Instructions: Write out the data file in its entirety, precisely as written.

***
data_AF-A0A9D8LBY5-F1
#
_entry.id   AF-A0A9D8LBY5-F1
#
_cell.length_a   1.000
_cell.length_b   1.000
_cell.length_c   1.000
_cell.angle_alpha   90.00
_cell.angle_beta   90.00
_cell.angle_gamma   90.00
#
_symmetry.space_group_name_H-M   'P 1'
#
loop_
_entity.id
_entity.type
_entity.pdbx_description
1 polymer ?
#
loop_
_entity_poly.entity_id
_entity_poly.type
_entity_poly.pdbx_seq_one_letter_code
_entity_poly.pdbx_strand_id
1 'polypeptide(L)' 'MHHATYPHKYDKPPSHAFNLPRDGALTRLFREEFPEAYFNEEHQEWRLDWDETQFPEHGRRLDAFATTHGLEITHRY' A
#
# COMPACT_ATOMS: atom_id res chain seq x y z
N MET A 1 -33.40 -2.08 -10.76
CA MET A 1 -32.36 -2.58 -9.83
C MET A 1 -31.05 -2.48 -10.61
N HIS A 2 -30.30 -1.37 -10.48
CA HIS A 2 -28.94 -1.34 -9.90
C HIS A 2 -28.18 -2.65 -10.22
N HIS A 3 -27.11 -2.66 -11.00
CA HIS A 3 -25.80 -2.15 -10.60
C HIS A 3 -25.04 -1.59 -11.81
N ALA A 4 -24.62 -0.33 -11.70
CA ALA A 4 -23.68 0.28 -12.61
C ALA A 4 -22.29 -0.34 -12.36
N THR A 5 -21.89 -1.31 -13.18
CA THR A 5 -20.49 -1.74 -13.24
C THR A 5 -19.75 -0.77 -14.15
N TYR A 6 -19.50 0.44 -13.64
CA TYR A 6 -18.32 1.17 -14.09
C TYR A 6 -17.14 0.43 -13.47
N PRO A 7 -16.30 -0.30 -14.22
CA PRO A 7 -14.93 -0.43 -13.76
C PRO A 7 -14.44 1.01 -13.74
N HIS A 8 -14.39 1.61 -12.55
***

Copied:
data_AF-A0A9D8LBY5-F1
#
_entry.id   AF-A0A9D8LBY5-F1
#
_cell.length_a   1.000
_cell.length_b   1.000
_cell.length_c   1.000
_cell.angle_alpha   90.00
_cell.angle_beta   90.00
_cell.angle_gamma   90.00
#
_symmetry.space_group_name_H-M   'P 1'
#
loop_
_entity.id
_entity.type
_entity.pdbx_description
1 polymer ?
#
loop_
_entity_poly.entity_id
_entity_poly.type
_entity_poly.pdbx_seq_one_letter_code
_entity_poly.pdbx_strand_id
1 'polypeptide(L)' 'MHHATYPHKYDKPPSHAFNLPRDGALTRLFREEFPEAYFNEEHQEWRLDWDETQFPEHGRRLDAFATTHGLEITHRY' A
#
# COMPACT_ATOMS: atom_id res chain seq x y z
N MET A 1 -33.40 -2.08 -10.76
CA MET A 1 -32.36 -2.58 -9.83
C MET A 1 -31.05 -2.48 -10.61
N HIS A 2 -30.30 -1.37 -10.48
CA HIS A 2 -28.94 -1.34 -9.90
C HIS A 2 -28.18 -2.65 -10.22
N HIS A 3 -27.11 -2.66 -11.00
CA HIS A 3 -25.80 -2.15 -10.60
C HIS A 3 -25.04 -1.59 -11.81
N ALA A 4 -24.62 -0.33 -11.70
CA ALA A 4 -23.68 0.28 -12.61
C ALA A 4 -22.29 -0.34 -12.36
N THR A 5 -21.89 -1.31 -13.18
CA THR A 5 -20.49 -1.74 -13.24
C THR A 5 -19.75 -0.77 -14.15
N TYR A 6 -19.50 0.44 -13.64
CA TYR A 6 -18.32 1.17 -14.09
C TYR A 6 -17.14 0.43 -13.47
N PRO A 7 -16.30 -0.30 -14.22
CA PRO A 7 -14.93 -0.43 -13.76
C PRO A 7 -14.44 1.01 -13.74
N HIS A 8 -14.39 1.61 -12.55